This new and re-imagined adaptation of Bram Stoker’s famous Victorian chiller most certainly has some unique ideas to offer – not to mention some pretty nifty stage trickery and set designs - though sadly, some of the performances lack the necessary bite.

Luckily, the story’s main villain – ‘Count Dracula’ – is both terrifying and entertaining in equal measure and is played with relish by Glen Fox (who even manages a reasonably convincing Transylvanian accent).
Other characters, foremost Jessica Webber as ‘Lucy Westenra’ and Olivia Swann as heroine ‘Mina Harker’, are somewhat less impressive. For starters, both Webber and Swann (who gave her stage debut at last night’s premiere) simply don’t convince as young Victorian ladies as their approach is far too modern. Above all, their inappropriate diction lets things down badly. This is especially true in the case of Swann (whose character is meant to be a teacher no less!) whose voice lacks the necessary emotional range – indeed, her feisty style of acting would be better suited to an episode of Dr. Who (the Jodie Whittaker incarnation that is) or an open air play on a London council estate than in a refined Victorian household. As for Miss Webber – her transformation from a soon-to-be married Lucy Westenra to one of Dracula’s possessed victims should be terrifying, traumatic and sensual but instead the famous words “Come to me… I want to kiss you” are uttered not only too hurriedly but lack any kind of seductive danger. Please note: squealing like a piglet and trying to outdo Sadie Frost in the film version of Bram Stoker’s Dracula is bound to be doomed for god knows, La Frost was dreadful enough! At least here Olivia Swann throws a more convincing performance during her ‘transformation scene’… being more like Lisa Bonet in the voodoo sequence of Angel Heart – and Bonet was great in that scene!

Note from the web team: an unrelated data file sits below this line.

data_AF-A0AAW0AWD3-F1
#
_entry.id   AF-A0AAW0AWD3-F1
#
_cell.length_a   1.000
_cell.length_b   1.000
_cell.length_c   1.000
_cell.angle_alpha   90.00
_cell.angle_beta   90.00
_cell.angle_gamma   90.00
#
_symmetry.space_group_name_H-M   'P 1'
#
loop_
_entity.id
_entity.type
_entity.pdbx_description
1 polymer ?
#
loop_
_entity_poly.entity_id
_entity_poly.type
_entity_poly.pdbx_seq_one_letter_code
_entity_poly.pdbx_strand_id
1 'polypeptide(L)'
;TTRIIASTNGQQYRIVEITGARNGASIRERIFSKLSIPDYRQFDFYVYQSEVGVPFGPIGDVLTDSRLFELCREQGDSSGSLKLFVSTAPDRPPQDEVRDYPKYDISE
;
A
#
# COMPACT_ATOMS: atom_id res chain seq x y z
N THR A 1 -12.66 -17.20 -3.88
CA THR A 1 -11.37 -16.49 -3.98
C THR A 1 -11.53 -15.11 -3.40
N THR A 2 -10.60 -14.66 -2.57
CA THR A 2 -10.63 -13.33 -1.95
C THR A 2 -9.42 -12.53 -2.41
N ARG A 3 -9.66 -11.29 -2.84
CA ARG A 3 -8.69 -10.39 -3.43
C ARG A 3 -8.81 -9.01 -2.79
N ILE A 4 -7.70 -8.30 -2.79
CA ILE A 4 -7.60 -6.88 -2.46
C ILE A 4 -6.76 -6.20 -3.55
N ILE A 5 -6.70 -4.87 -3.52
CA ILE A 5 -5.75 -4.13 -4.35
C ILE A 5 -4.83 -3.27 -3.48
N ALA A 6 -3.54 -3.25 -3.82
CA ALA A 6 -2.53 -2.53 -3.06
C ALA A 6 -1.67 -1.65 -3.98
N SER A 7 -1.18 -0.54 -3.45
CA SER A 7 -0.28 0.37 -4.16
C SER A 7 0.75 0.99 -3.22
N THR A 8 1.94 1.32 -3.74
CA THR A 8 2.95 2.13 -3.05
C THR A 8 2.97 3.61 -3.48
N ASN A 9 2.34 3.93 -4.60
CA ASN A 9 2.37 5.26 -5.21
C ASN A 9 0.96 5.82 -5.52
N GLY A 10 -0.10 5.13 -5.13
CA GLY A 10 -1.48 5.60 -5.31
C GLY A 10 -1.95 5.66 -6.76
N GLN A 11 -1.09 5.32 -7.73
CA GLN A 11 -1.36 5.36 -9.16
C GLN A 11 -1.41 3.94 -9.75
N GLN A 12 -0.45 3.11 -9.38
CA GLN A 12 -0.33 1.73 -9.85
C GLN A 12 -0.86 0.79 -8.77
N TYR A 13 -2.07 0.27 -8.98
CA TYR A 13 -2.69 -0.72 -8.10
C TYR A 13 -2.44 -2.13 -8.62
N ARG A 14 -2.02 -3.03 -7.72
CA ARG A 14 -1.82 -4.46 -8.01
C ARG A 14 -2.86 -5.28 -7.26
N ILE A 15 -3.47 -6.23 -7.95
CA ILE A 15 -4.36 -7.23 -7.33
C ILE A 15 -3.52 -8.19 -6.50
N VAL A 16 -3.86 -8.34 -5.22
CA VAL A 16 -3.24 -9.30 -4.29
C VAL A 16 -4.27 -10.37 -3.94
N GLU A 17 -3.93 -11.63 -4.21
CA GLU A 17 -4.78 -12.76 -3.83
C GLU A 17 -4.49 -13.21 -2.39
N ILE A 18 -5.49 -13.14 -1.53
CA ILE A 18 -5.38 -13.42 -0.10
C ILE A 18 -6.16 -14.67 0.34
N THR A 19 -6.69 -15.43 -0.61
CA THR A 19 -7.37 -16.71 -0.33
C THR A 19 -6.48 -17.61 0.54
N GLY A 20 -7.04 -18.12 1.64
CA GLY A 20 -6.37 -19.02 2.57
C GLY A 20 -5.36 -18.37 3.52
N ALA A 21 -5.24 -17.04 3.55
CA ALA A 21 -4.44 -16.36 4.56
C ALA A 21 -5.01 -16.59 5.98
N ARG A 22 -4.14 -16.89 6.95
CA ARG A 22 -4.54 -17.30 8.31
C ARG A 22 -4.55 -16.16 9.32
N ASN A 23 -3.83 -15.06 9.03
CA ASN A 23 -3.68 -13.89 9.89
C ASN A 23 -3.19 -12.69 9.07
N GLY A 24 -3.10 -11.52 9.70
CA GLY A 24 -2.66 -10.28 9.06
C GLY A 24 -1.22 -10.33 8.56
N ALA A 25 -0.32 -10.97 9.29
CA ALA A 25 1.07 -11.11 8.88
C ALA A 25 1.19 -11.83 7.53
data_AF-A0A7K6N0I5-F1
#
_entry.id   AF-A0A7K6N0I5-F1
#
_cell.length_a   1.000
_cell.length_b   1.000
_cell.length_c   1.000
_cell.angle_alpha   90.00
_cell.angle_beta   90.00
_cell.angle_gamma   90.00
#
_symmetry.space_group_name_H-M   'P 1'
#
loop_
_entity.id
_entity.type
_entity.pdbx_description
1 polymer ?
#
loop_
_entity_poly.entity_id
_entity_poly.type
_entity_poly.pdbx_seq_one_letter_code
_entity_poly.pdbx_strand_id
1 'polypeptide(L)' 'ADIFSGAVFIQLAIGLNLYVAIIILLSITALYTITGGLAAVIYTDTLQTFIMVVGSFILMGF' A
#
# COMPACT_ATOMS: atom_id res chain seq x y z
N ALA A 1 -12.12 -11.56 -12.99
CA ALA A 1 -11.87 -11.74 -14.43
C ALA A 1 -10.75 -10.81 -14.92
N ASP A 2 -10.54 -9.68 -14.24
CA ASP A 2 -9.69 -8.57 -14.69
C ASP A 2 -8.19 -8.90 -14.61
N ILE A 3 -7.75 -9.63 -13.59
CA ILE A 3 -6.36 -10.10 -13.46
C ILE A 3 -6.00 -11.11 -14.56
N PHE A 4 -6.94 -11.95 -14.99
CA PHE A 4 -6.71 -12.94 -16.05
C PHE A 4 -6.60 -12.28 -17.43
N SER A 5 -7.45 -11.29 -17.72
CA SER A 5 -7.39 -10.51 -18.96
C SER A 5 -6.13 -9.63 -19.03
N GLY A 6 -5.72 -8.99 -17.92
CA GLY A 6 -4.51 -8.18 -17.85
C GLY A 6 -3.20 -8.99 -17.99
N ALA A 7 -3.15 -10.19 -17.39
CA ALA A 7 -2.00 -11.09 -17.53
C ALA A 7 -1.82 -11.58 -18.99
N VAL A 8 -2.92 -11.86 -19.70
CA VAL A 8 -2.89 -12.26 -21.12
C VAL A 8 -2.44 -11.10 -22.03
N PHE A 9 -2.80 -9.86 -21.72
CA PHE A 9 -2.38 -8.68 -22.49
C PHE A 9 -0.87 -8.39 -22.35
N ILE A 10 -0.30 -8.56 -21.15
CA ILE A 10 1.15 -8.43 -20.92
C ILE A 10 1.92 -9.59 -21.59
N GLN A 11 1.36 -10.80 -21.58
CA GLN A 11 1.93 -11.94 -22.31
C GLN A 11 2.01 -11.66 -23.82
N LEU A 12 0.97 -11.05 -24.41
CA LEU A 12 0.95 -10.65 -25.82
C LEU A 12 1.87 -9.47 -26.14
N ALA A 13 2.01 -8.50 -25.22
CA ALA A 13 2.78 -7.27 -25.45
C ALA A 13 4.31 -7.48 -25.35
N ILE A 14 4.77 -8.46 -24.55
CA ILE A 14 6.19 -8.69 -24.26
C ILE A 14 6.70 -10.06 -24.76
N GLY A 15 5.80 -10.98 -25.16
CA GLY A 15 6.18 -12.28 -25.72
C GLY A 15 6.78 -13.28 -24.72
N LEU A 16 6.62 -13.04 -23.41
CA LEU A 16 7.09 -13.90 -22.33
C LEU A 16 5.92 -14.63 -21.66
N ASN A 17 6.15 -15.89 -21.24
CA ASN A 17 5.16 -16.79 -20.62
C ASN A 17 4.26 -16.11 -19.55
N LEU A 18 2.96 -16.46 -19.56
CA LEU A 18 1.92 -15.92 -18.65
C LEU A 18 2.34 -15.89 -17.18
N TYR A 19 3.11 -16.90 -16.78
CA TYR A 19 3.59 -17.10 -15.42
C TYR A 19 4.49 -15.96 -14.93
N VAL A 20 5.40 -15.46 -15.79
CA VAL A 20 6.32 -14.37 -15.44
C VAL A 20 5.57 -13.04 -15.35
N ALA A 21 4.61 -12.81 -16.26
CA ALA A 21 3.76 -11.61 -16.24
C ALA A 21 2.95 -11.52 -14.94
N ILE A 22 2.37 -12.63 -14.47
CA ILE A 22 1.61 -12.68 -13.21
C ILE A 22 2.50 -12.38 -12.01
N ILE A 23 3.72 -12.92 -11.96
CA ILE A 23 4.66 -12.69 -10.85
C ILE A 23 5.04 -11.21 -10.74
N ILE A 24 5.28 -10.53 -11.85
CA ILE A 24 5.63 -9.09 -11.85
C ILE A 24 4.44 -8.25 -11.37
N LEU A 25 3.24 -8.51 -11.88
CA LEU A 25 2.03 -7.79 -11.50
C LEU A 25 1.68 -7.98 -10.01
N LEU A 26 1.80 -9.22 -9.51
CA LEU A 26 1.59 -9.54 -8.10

As for the male of the species: Evan Milton’s ‘Dr.Seward’ is more bumbling English gentleman than authoritative Doctor while Andrew Horton’s ‘Jonathan Harker’ gets it halfway right though of course he simply looks too young to carry the gravitas of someone entrusted with travelling to Transylvania to strike a business deal with the Count. Philip Bretherton as ‘Professor Van Helsing’ makes for a believable and traditional vampire hunter complete with accent while the true revelation of this production is seasoned actress Cheryl Campbell as ‘Lady Renfield’ – yes you read that correctly! A mad old bat in an insane asylum, this former flame of Count Dracula still hopes and dreams her master might return to whisk her away. In the meantime she has to make do with eating insects, mice and what have you.

The production sports more unique ideas, for example, Dracula’s three brides have a male companion equally longing for blood and victims… and why not? After all, Dracula himself is known to bite not only the ladies but men too, though perhaps not with sexual intentions as far as the male victims are concerned. The scene in which Lucy is finally put to rest after her un-dead incarnation is besieged by Harker, Van Helsing and Dr. Seward in the graveyard also breaks with tradition, for Lucy’s possessed soul doesn’t find peace after a stake has been hammered through her heart. Instead, her heart is cut out and her throat pierced. Quite what the significance of this strange little ritual is, well, only the director and writer Jenny King know the answer. Another clever twist is that Jonathan Harker appears quite ill and ‘mentally unstable’ early during Act 1 and it is then told/re-enacted in flashback how he came to be in that condition.

A huge round of applause must go to lighting designer Ben Cracknell, designer Sean Cavanagh, music and sound designer Paul Ewing and illusionist Ben Hart whose combined efforts make this a visually outstanding production and lift it from average to original.

Bram Stoker’s DRACULA runs until Sat 3rd of Nov. (